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There are a variety of metals choices available for jewelry. Whether you like the allure of platinum or the range of options with the classic gold, you will find a number of stylish pieces, sometimes even combining the two metals. Today, alternative metals like sterling silver, titanium, and stainless steel give you additional options in look, strength, price, etc. Each choice has its own qualities, so base your choice on the ones that you value most.
Platinum is generally 95% pure and does not tarnish or lose its rich white luster. Platinum is the heaviest of all the precious metals weighing approximately twice as much as karat gold. Its purity makes it hypoallergenic, perfect for people who are sensitive to the alloys used in gold. Platinum is also known for its strength and pliability, just one gram of platinum can be drawn into a fine wire over one mile long.
Pure 24 karat gold is rarely used in jewelry because it is too soft for frequent wear. Gold is mixed with alloys like copper, silver, nickel, and zinc to give different colors, strength, and durability. Gold's purity is measured in karats, which indicate out of 24 parts how many parts are gold. For example, 18kt gold contains 18/24 gold and 6/24 alloy, while 14kt gold contains 14/24 gold and 10/24 alloy. Gold is traditionally seen in yellow and white colors, but can also be available in rose or green on occasion.
Sterling silver is usually 92.5% silver and 7.5% copper. Silver is much more plentiful than platinum or gold and is much less expensive. It takes on a much higher polish than any other metal, but it does tarnish. The tarnish can be removed, but silver requires much more care than other metals.
Titanium is a light, strong, and corrosion-resistant metal. Titanium offers you seven times the strength of platinum at about 1/3 of the weight. It is the hardest natural metal on earth and therefore offers more scratch resistance than gold or silver. In addition, titanium is also hypoallergenic. When ordering titanium rings, be extra sure about your ring size. The biggest drawback of titanium rings is that they cannot be sized by traditional ring sizing methods.
Stainless steel is a low cost alternative to traditional metals. It is naturally hypoallergenic and will not rust or tarnish. Stainless Steel will not break or bend under normal usage and is stronger than any other alloy.
Damascus Steel involves an ancient sword-making technique from the Middle East. Our suppliers alternate two types of Stainless Steel, twist them together by hand, and fold them into a circle. Thus, each ring they design is unique.
Cobalt has a similar look to platinum, with great strength and light weight. Because of its temperature stability, cobalt alloys are often used in engine turbines and surgical implants.
Zirconium is utilized in nuclear reactors and explosive wartime applications. It is very resistant to decay and heat. While most commonly mined from South Africa and Australia, zirconium has also been found in meteorites and moon rocks. It is naturally a silver grey color with a darker oxidized layer.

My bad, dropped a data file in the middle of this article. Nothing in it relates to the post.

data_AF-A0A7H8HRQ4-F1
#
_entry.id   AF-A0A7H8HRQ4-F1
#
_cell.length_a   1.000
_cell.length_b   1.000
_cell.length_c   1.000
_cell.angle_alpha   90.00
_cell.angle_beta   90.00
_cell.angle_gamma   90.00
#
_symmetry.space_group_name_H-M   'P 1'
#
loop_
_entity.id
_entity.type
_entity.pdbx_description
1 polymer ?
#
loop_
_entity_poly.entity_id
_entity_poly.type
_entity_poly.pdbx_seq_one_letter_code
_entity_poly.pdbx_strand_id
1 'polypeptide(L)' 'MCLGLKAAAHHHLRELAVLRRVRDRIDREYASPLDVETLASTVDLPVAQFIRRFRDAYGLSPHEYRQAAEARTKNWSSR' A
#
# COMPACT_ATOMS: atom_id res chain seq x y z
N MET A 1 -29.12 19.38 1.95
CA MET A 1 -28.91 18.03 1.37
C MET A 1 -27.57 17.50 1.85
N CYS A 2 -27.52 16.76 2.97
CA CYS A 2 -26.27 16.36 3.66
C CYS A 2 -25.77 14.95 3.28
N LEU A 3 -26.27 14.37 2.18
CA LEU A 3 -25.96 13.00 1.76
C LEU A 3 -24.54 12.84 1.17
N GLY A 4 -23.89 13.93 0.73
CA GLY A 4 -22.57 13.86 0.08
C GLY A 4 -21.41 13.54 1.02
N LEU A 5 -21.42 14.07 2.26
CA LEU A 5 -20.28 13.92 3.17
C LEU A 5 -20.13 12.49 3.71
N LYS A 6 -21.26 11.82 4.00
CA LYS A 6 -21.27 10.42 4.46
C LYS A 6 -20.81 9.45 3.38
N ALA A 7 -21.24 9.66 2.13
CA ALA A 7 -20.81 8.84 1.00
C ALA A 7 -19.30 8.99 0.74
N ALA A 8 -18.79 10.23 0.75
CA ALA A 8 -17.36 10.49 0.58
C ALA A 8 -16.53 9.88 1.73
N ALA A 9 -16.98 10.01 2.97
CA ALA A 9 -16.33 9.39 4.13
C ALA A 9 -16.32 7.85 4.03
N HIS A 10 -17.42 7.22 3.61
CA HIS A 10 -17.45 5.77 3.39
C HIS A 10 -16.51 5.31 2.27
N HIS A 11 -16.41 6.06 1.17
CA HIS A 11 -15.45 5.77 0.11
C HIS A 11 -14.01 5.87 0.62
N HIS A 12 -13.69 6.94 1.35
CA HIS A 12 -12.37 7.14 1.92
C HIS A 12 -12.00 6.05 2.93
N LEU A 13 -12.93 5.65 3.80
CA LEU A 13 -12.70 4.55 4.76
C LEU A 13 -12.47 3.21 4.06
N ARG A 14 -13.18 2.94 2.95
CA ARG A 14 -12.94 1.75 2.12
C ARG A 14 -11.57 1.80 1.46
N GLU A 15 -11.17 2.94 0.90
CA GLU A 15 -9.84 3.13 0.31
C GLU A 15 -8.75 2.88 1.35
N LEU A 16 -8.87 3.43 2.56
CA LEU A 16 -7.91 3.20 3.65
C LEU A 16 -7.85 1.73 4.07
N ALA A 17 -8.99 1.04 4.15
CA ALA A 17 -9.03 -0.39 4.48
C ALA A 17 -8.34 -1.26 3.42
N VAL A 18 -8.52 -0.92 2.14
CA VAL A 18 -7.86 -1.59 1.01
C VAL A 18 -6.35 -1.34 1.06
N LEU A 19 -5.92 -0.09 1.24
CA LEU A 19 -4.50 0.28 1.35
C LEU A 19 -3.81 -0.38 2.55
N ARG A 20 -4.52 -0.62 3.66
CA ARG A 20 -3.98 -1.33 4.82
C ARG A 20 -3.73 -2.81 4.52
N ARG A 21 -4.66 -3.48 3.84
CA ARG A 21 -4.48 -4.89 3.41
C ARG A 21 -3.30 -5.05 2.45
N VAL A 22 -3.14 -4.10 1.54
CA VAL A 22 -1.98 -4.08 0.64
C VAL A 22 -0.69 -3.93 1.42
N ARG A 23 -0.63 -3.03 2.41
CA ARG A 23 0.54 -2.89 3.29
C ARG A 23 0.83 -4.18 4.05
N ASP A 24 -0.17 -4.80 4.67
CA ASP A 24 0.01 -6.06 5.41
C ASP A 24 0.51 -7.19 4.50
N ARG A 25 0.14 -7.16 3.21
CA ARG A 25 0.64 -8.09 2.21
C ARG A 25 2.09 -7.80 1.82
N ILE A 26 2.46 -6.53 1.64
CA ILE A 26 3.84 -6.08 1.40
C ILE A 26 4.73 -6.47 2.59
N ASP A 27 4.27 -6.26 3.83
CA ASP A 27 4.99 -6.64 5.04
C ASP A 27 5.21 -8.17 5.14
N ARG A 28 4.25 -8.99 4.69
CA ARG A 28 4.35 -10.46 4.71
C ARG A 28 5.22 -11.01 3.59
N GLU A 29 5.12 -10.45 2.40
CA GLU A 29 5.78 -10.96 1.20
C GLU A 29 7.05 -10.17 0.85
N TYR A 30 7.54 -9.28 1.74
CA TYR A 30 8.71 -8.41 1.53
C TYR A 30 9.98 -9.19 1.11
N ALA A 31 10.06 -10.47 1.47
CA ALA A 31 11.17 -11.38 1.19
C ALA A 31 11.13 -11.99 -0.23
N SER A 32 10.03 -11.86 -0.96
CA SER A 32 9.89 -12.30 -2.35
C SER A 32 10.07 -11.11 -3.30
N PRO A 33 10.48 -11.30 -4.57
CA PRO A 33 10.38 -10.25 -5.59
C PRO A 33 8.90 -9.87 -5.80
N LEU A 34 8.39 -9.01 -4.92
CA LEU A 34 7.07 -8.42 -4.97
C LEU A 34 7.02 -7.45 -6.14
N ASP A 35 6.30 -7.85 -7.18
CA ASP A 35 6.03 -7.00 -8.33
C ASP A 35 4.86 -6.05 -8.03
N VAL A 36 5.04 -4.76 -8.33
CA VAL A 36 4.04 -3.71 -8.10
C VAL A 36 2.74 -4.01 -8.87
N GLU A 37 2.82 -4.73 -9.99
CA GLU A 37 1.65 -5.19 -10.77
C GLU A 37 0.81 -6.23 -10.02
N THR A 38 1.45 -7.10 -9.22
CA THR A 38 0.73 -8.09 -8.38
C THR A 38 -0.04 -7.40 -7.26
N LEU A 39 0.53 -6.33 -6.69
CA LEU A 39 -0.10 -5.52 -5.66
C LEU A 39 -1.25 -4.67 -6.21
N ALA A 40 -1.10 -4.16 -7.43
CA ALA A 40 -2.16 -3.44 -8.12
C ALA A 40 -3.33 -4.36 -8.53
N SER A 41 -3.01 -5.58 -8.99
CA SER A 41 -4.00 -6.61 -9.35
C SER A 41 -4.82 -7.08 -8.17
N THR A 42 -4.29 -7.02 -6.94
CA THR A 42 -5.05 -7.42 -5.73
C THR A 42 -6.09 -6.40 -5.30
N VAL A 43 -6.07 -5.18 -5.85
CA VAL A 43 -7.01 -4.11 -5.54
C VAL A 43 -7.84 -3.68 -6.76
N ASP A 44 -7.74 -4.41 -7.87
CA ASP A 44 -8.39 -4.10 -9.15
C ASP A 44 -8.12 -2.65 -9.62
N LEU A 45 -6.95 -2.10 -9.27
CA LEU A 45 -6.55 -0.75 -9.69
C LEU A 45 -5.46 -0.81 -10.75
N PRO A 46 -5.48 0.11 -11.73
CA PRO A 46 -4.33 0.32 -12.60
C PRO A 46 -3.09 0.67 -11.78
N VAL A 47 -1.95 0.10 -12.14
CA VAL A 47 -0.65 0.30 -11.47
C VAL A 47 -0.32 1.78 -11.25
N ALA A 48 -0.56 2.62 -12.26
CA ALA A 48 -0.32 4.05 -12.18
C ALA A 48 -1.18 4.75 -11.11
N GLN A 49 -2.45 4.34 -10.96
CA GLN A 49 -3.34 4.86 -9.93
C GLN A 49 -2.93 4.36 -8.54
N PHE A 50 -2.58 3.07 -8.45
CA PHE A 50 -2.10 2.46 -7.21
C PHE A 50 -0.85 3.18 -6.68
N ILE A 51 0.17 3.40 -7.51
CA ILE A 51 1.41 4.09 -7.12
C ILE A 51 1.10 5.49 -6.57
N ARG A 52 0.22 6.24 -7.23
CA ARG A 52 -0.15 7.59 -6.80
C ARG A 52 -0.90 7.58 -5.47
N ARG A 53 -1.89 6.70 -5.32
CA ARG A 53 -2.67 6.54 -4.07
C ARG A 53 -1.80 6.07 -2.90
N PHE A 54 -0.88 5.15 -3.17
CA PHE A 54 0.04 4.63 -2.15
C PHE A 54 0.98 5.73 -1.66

Meteorite pieces often contain varied rock and metal pieces from outer space. They have grooved latticed patterns formed as the meteors cooled over millions of years on the Earth’s surface. Because of this, each ring formed from this metal will be different.
The unit of measure used for the weight of a diamond is the carat. As a matter of reference, a carat is equivalent to .2 grams or .007 of an ounce. Carat weight can also be divided further by using points. There are 100 points in one carat. So a 1/4 (.25) carat stone can also be expressed as 25 points and mean exactly the same thing. When comparing two diamonds, please note that just because one is twice the carat weight of the other does not mean that it will appear to be twice the size.
The shape of the diamond is often confused with the cut. Choose the shape that you like based on your style and you cannot go wrong.
Diamonds are graded based on the amount of color they do or do not possess. The scale runs from D (colorless) to Z (light yellow). An absolutely colorless diamond is rare and therefore very valuable.
A diamond is distinguished by its natural characteristics, just as a person would be noted for her blue eyes or his brown hair. Notated as a diamond's clarity, these characteristics can be present on the surface (blemishes) or within the stone (inclusions). The clarity is judged by the number and types of these characteristics and is designated using a scale that runs from Fl, defined as flawless, to I3, defined as inclusions visible with the naked eye. A flawless diamond is truly rare.
Gems are cut in a variety of different ways. Transparent stones will often be cut with facets. Unlike diamonds, the facets are planned to maximize the color. Other stones like jade, opal, and onyx will be cut into a smooth domed shape known as a cabochon. While still other stones like cameos are intricately carved.
Gemstone color is different from judging the color of a diamond. Every gemstone has a range of color that runs from light to dark and more vivid to less vivid, with a small range of color considered preferable. All of the families of color are represented by gems of different types.